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Theatre performers bring lessons to life

The Bitesize Theatre Company performed Robin Hood Babes in the Wood for children at St Nicholas' CE Primary School, Marton. Pupils who took part, from left, Gracie Charlesworth, Mia Bennett, Harrison Straker and Gabriel Bessedik.

The Bitesize Theatre Company performed Robin Hood Babes in the Wood for children at St Nicholas' CE Primary School, Marton. Pupils who took part, from left, Gracie Charlesworth, Mia Bennett, Harrison Straker and Gabriel Bessedik.

Men in tights and a fair maiden made Monday morning lessons at St Nicholas CE Primary School come to life.

A troupe of performers from Bitesize Theatre Company visited the school to perform Robin Hood and launch its annual writing week.

Pupils from Reception to Year Six will be producing writing based on the legend all week in a bid to boost their reading and writing skills.

And youngsters at the primary on School Road, Marton, donned the fancy dress of their favourite characters from the story of Robin Hood stealing from the rich to give to the poor.

Teacher Debbie Twist said: “We wanted a stimulus to engage the children and they really enjoyed the performance.

“We do a style of teaching writing where children really absorb a story then they’re able to write their own type of story, so they can link back to it.”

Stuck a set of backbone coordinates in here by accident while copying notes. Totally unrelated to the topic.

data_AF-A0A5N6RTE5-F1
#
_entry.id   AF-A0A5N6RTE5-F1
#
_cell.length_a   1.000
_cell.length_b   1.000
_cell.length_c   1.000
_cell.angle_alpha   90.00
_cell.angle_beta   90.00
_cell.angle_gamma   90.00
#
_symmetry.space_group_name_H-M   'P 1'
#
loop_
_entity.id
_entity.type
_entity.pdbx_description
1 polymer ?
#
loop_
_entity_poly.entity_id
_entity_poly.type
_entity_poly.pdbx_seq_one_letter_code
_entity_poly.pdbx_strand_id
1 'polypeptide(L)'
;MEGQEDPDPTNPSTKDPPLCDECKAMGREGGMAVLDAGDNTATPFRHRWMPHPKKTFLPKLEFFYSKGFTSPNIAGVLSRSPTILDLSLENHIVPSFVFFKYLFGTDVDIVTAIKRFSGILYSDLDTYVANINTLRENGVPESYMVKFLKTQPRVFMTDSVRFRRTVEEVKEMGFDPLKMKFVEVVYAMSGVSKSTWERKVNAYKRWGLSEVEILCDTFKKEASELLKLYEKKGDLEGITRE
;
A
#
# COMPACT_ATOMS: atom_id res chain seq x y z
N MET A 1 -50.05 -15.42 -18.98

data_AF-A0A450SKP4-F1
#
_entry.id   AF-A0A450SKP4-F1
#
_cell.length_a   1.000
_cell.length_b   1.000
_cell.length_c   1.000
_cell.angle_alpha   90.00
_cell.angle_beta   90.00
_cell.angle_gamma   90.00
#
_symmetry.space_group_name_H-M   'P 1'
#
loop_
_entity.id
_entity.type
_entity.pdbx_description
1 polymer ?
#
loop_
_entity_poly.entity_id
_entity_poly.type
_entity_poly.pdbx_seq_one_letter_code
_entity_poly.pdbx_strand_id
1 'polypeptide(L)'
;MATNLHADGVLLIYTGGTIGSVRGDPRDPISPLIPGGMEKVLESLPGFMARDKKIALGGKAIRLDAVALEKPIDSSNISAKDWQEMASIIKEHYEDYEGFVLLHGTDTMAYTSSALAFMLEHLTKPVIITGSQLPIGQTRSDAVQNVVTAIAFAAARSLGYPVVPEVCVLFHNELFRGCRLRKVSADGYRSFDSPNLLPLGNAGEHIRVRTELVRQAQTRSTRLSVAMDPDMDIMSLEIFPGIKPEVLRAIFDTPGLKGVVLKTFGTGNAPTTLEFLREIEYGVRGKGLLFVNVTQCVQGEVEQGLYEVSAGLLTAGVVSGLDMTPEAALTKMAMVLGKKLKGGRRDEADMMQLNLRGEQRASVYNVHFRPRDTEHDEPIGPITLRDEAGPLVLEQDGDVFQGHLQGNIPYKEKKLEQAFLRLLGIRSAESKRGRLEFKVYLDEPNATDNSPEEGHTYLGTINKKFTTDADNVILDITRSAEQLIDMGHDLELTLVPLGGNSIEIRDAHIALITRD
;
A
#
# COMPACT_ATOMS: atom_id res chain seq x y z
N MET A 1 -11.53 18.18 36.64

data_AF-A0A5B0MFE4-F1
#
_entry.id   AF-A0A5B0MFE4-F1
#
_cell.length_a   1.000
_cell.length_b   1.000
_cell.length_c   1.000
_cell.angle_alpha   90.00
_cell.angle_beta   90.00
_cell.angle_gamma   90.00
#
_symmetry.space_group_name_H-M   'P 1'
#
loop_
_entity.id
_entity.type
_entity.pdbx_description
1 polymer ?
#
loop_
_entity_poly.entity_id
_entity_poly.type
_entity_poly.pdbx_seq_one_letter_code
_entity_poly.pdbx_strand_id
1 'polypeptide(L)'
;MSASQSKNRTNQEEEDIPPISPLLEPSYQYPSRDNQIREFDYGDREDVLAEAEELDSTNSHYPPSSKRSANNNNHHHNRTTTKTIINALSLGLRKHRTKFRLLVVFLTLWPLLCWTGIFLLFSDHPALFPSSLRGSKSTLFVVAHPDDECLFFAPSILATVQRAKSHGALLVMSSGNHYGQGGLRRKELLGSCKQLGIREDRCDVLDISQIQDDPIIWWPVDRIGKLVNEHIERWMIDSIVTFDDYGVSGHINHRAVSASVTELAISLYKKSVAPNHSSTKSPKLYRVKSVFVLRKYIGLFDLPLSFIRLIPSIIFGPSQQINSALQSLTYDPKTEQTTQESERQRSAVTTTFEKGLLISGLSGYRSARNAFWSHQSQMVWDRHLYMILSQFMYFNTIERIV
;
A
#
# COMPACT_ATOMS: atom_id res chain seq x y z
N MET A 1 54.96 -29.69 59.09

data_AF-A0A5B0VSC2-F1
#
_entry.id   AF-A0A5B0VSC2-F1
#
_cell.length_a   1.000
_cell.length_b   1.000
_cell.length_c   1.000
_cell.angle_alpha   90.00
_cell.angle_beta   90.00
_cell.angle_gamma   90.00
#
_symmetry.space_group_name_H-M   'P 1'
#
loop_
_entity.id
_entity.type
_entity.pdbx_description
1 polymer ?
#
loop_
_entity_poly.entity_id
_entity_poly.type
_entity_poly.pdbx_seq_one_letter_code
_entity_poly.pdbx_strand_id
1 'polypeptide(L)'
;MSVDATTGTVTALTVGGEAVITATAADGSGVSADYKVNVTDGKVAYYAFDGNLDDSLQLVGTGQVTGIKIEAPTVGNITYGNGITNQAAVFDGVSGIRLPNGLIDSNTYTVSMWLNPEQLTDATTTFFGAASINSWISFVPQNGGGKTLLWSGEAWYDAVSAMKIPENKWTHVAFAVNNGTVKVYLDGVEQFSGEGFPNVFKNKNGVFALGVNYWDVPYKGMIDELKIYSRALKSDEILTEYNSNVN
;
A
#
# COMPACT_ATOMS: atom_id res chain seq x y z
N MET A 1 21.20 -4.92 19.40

Children will take on various writing tasks, from penning their own adventure stories to producing descriptions of scene settings or writing reviews of the Bitesize performance.

Each pupil will write two pieces each, to be displayed in the school hall for an exhibition for parents on Friday, January 24.

Mrs Twist added: “It’s a real audience for them.”

Alice Irving, nine, said: “It will be really good to have our parents in.

“I’m looking forward to doing my Big Write on Robin Hood, the show was really fun and it’s inspired me with ideas for writing.”

Last year’s writing week saw an ‘alien’ ‘crash land’ in the school grounds, sparking the children’s imaginations and prompting youngsters to write a range of reports and stories on the incident.

10-year-old Amelia Shearman said she’s looking forward to learning new vocabulary after improving her spelling through the alien themed week in 2013.

She said: “I’m excited for school this week because there’s lots of fun things to do.

“It was really good to have the show and learn from it, it gives us ideas of things to write about. We’ve got to include lots of figurative language and similes.”

Thomas Young, eight, said: “I was excited for school today and to learn about Robin Hood.”

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